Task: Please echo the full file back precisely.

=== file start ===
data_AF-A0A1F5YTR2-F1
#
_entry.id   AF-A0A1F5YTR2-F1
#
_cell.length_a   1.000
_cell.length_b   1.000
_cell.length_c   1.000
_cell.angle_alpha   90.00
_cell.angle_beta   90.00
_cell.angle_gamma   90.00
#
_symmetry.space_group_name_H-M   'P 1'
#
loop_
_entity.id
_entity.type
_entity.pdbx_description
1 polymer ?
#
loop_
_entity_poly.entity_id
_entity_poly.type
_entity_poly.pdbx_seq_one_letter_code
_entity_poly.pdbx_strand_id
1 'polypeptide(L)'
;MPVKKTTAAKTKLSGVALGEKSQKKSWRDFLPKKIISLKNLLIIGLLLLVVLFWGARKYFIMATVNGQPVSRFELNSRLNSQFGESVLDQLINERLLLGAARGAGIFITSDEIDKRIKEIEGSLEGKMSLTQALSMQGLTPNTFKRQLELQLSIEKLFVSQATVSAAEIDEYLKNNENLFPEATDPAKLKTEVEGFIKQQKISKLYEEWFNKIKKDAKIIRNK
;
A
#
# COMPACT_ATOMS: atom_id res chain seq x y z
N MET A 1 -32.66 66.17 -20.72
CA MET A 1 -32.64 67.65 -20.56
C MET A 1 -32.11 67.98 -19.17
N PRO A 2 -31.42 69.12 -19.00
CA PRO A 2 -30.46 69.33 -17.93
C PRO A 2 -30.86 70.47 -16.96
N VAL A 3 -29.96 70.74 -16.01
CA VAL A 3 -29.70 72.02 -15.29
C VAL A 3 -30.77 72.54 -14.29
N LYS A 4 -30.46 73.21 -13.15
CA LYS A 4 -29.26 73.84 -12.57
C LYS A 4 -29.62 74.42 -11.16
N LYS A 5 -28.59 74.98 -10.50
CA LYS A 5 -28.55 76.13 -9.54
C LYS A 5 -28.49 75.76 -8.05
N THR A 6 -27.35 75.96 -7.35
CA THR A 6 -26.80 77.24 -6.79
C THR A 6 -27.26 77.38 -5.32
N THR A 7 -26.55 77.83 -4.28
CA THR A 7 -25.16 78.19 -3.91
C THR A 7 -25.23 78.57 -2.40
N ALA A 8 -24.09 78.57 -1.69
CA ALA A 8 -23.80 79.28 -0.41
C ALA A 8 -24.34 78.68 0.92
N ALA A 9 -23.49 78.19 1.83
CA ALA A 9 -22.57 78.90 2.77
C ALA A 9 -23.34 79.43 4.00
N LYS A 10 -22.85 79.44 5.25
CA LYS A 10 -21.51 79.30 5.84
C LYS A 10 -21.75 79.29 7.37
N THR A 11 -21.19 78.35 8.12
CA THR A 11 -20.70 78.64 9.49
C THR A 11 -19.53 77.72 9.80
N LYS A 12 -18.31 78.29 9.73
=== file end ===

data_AF-A0A1F5YTR2-F1
#
_entry.id   AF-A0A1F5YTR2-F1
#
_cell.length_a   1.000
_cell.length_b   1.000
_cell.length_c   1.000
_cell.angle_alpha   90.00
_cell.angle_beta   90.00
_cell.angle_gamma   90.00
#
_symmetry.space_group_name_H-M   'P 1'
#
loop_
_entity.id
_entity.type
_entity.pdbx_description
1 polymer ?
#
loop_
_entity_poly.entity_id
_entity_poly.type
_entity_poly.pdbx_seq_one_letter_code
_entity_poly.pdbx_strand_id
1 'polypeptide(L)'
;MPVKKTTAAKTKLSGVALGEKSQKKSWRDFLPKKIISLKNLLIIGLLLLVVLFWGARKYFIMATVNGQPVSRFELNSRLNSQFGESVLDQLINERLLLGAARGAGIFITSDEIDKRIKEIEGSLEGKMSLTQALSMQGLTPNTFKRQLELQLSIEKLFVSQATVSAAEIDEYLKNNENLFPEATDPAKLKTEVEGFIKQQKISKLYEEWFNKIKKDAKIIRNK
;
A
#
# COMPACT_ATOMS: atom_id res chain seq x y z
N MET A 1 -32.66 66.17 -20.72
CA MET A 1 -32.64 67.65 -20.56
C MET A 1 -32.11 67.98 -19.17
N PRO A 2 -31.42 69.12 -19.00
CA PRO A 2 -30.46 69.33 -17.93
C PRO A 2 -30.86 70.47 -16.96
N VAL A 3 -29.96 70.74 -16.01
CA VAL A 3 -29.70 72.02 -15.29
C VAL A 3 -30.77 72.54 -14.29
N LYS A 4 -30.46 73.21 -13.15
CA LYS A 4 -29.26 73.84 -12.57
C LYS A 4 -29.62 74.42 -11.16
N LYS A 5 -28.59 74.98 -10.50
CA LYS A 5 -28.55 76.13 -9.54
C LYS A 5 -28.49 75.76 -8.05
N THR A 6 -27.35 75.96 -7.35
CA THR A 6 -26.80 77.24 -6.79
C THR A 6 -27.26 77.38 -5.32
N THR A 7 -26.55 77.83 -4.28
CA THR A 7 -25.16 78.19 -3.91
C THR A 7 -25.23 78.57 -2.40
N ALA A 8 -24.09 78.57 -1.69
CA ALA A 8 -23.80 79.28 -0.41
C ALA A 8 -24.34 78.68 0.92
N ALA A 9 -23.49 78.19 1.83
CA ALA A 9 -22.57 78.90 2.77
C ALA A 9 -23.34 79.43 4.00
N LYS A 10 -22.85 79.44 5.25
CA LYS A 10 -21.51 79.30 5.84
C LYS A 10 -21.75 79.29 7.37
N THR A 11 -21.19 78.35 8.12
CA THR A 11 -20.70 78.64 9.49
C THR A 11 -19.53 77.72 9.80
N LYS A 12 -18.31 78.29 9.73